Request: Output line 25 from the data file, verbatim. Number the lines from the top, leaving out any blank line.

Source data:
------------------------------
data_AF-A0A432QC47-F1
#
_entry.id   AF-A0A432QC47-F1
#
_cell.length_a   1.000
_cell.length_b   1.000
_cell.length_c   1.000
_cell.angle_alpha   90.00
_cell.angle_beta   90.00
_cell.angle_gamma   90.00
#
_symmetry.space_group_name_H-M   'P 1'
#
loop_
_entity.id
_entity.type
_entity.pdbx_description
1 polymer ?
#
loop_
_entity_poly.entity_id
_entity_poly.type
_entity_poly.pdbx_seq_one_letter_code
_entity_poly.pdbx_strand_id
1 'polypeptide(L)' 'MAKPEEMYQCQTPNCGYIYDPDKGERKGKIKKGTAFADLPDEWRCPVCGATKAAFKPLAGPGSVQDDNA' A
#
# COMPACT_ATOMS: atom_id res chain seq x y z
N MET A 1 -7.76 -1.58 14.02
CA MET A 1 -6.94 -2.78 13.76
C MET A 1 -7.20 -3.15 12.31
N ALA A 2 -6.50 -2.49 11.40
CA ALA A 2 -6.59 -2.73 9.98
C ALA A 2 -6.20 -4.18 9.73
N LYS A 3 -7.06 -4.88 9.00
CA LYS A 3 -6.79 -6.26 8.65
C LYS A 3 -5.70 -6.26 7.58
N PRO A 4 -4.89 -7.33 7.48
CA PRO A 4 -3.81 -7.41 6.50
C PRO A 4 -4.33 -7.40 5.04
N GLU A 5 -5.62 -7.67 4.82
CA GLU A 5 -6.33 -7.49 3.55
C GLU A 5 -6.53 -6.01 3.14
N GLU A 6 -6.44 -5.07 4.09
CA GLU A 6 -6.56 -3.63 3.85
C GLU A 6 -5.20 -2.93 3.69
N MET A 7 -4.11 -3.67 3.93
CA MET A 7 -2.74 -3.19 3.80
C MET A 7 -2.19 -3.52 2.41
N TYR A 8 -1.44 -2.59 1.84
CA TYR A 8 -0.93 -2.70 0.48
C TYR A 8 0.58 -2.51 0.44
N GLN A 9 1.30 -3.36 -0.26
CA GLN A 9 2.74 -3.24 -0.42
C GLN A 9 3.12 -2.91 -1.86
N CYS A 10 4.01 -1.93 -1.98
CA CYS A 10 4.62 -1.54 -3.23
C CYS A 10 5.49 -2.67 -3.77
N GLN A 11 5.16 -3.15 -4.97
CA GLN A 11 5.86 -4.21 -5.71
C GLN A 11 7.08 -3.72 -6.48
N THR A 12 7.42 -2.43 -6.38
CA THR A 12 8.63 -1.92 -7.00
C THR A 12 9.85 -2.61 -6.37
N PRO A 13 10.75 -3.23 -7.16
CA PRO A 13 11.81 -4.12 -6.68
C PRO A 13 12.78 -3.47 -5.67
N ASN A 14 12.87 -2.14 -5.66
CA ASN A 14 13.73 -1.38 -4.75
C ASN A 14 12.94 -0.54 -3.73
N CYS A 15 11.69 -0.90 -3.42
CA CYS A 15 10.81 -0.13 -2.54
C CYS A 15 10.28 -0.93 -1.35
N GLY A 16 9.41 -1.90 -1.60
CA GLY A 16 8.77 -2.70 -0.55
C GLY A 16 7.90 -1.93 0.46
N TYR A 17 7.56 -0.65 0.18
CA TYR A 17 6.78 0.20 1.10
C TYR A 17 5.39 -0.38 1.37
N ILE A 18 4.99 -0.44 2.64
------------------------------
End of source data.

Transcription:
1 'polypeptide(L)' 'MAKPEEMYQCQTPNCGYIYDPDKGERKGKIKKGTAFADLPDEWRCPVCGATKAAFKPLAGPGSVQDDNA' A